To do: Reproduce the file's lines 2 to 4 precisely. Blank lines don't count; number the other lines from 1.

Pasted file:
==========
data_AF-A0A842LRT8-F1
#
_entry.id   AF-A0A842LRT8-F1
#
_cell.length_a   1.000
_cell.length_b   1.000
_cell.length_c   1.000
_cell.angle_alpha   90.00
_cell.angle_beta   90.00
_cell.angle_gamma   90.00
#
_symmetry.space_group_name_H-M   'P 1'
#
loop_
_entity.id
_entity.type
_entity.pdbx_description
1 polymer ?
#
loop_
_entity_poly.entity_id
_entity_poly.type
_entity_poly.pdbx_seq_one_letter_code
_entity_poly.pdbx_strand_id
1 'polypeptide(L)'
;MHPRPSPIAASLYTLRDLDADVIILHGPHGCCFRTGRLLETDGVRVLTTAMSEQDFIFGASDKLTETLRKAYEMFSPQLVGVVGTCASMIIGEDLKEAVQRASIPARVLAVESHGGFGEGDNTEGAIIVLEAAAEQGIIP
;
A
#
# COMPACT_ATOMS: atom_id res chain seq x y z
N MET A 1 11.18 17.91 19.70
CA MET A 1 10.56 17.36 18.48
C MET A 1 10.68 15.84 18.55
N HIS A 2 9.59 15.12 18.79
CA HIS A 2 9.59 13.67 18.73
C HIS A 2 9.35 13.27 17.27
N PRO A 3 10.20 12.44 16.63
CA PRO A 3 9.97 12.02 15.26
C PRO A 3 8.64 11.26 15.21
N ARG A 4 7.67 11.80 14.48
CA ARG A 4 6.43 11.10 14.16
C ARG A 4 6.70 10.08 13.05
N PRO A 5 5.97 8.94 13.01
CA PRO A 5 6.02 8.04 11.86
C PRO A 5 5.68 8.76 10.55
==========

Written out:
#
_entry.id   AF-A0A842LRT8-F1
#